Monitor endowed with Special Administration powers
By Richard Johnstone | 1 November 2012
Health service watchdog Monitor has today been empowered to appoint new managers to run hospitals that get into financial difficulty in order to ensure services for patients are protected.
The foundation trust regulator’s role is being expanded to cover the whole of health service following passage of the government’s controversial Health and Social Care Act.
Among Monitor’s new powers is the ability to place NHS trusts in Special Administration should they become insolvent. This regime is designed to protect patient services ahead of creditors where a trusts break down financially.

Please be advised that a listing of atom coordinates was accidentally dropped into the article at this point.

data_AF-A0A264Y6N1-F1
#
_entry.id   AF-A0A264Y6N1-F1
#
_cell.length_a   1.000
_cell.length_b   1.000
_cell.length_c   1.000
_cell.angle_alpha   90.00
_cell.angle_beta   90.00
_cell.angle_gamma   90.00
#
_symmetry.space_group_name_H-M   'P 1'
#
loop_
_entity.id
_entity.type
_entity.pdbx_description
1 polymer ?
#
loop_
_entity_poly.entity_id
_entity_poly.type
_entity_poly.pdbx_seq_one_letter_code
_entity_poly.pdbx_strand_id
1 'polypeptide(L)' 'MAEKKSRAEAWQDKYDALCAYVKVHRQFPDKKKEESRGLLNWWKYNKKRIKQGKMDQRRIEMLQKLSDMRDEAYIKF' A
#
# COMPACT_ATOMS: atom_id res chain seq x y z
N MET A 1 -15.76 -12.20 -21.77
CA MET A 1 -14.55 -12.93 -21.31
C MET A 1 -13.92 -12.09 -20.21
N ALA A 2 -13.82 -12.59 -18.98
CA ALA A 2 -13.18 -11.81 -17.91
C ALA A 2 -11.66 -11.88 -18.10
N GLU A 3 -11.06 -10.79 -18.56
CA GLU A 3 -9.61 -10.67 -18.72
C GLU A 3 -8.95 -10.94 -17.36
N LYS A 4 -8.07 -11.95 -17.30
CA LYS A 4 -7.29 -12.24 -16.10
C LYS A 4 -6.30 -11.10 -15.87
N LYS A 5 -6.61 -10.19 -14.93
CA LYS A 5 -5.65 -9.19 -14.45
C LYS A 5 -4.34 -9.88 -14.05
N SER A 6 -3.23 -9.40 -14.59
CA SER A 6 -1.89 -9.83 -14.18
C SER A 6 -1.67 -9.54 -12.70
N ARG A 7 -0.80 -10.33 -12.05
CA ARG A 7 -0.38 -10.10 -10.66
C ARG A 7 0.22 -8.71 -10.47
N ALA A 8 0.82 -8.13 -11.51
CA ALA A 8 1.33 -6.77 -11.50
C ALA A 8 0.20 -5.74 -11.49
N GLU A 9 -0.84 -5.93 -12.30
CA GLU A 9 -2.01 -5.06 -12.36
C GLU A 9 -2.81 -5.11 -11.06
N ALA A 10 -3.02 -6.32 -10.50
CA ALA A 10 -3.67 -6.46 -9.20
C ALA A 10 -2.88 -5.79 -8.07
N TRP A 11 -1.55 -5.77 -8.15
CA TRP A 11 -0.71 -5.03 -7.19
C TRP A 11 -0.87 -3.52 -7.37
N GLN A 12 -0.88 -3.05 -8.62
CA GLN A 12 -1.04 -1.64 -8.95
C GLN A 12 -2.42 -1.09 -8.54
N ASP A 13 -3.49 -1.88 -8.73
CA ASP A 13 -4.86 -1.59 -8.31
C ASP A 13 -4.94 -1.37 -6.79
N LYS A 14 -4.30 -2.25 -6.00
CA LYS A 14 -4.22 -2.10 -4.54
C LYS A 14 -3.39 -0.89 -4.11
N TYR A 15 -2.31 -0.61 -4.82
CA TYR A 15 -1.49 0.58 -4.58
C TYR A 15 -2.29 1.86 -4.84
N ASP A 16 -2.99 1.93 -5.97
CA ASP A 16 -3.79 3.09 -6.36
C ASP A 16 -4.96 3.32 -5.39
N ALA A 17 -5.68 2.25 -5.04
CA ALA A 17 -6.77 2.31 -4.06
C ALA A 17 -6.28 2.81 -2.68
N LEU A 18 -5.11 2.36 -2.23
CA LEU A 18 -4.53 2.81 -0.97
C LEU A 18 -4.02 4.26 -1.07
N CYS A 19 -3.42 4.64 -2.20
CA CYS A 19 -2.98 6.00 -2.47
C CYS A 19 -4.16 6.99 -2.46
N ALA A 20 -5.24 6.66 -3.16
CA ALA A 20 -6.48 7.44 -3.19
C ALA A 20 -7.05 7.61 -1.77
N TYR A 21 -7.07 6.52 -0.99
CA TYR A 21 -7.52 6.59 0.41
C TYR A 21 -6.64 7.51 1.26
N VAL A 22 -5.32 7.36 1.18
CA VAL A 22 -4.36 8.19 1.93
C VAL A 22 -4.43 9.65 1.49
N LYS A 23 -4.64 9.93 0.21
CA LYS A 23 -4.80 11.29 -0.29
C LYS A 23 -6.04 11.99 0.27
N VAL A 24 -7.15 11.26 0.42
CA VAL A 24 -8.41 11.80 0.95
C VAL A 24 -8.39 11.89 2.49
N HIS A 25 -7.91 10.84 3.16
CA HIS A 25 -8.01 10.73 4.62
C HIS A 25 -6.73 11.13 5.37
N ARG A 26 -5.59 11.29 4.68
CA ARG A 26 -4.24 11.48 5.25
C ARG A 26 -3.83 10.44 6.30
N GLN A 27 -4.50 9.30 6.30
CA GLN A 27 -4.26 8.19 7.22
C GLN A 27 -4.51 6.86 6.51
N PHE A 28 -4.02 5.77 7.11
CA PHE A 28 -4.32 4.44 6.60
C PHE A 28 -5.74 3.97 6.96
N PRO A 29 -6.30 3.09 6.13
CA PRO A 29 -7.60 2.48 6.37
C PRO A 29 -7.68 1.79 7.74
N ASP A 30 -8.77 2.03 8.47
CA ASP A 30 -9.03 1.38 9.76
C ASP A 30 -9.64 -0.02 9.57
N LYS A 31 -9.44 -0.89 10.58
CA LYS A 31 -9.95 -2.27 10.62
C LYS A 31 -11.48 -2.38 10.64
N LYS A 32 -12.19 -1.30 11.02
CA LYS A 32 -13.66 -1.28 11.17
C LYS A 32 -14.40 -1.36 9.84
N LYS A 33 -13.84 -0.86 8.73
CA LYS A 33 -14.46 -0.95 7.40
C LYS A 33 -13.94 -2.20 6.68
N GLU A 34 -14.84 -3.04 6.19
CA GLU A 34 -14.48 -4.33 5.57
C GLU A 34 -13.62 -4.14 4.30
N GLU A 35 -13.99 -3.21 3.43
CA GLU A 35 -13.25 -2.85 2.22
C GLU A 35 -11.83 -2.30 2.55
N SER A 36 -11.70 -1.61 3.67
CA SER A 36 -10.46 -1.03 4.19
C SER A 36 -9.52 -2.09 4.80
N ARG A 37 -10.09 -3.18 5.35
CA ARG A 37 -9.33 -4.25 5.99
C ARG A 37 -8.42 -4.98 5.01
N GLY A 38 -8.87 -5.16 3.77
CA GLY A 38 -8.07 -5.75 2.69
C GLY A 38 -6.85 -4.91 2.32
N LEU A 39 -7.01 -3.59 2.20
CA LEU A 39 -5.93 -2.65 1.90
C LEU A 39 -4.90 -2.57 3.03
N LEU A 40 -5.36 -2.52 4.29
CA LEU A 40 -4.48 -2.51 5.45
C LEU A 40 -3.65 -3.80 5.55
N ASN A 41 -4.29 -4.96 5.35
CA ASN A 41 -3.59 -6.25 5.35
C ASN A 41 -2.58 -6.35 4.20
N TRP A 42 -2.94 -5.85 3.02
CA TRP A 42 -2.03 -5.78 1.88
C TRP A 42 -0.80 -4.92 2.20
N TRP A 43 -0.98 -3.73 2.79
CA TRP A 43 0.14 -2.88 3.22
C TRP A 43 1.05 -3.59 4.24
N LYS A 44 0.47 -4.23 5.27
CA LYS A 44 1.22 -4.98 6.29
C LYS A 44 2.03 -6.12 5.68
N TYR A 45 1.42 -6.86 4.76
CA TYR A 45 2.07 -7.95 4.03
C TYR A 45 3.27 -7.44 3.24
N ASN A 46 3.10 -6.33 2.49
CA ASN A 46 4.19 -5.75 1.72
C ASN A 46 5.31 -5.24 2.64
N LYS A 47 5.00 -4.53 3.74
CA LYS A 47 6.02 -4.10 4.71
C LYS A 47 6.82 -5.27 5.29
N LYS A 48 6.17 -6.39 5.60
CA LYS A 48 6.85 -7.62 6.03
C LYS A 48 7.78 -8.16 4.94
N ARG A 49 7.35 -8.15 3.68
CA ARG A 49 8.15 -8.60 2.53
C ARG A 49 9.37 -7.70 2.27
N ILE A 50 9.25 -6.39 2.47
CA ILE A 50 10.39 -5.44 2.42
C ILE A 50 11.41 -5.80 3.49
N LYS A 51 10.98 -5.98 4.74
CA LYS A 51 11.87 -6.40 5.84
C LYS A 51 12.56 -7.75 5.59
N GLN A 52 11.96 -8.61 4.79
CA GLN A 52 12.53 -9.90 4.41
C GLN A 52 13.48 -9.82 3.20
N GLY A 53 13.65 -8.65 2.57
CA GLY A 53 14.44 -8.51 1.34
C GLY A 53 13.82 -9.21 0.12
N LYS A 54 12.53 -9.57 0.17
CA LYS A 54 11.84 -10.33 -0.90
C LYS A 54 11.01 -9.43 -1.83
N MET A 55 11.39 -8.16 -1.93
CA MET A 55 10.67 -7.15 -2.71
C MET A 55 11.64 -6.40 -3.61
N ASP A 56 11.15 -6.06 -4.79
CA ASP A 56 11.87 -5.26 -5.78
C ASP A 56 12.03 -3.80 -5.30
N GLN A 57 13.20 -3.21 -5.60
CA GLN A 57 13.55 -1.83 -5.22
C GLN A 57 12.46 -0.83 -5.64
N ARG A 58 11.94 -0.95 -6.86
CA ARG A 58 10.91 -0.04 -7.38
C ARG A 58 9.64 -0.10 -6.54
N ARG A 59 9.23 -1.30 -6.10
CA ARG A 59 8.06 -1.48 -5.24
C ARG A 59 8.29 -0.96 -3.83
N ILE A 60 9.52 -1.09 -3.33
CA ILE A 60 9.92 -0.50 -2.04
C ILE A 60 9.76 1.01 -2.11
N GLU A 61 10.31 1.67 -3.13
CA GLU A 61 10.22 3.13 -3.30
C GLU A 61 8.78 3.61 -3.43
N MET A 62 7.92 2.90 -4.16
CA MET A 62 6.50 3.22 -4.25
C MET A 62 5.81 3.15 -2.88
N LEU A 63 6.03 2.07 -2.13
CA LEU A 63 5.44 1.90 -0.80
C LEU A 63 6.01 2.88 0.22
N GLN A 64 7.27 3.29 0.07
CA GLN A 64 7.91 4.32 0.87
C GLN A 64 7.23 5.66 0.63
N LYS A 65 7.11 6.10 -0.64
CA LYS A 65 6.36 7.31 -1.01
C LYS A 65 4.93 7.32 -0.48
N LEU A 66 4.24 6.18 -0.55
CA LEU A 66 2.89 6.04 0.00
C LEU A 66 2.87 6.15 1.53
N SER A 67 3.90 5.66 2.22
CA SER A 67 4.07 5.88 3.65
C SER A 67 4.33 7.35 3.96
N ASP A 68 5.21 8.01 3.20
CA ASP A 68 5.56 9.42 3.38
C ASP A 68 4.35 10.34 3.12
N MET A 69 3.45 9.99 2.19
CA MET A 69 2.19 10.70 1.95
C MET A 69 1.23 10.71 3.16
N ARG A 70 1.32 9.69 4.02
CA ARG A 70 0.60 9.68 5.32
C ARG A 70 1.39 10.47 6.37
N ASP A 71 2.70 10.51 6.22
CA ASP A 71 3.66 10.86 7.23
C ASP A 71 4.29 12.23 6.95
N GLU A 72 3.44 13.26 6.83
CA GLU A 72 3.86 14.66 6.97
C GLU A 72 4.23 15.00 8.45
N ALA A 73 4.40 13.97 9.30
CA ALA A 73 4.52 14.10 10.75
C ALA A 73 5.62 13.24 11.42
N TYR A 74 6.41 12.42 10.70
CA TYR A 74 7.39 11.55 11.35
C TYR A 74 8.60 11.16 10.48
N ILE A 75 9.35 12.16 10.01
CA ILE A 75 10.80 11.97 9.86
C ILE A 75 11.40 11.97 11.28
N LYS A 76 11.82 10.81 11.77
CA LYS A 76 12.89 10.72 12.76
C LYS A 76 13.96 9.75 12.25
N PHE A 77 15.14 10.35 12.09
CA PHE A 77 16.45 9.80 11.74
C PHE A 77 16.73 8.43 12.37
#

Under the special administration process, Monitor’s options to ensure the continuation of services include restructuring the existing provider, moving services to other providers or letting services be taken over.
To enable it to implement the provisions, Monitor said today it would draw up a short list of administrators who could be called upon to run trusts if needed.
The power to place trusts into administration previously rested with the secretary of state for health, and were used for the first time in July when an administrator was appointed to debt-hit South London Healthcare NHS Trust. Special administrator Matthew Kershaw recommended last week that the trust should be broken up.
Monitor’s new management team, as part of its expanded role as sector regulator, also took up their posts today. This follows David Bennett’s appointment as chief executive earlier this week.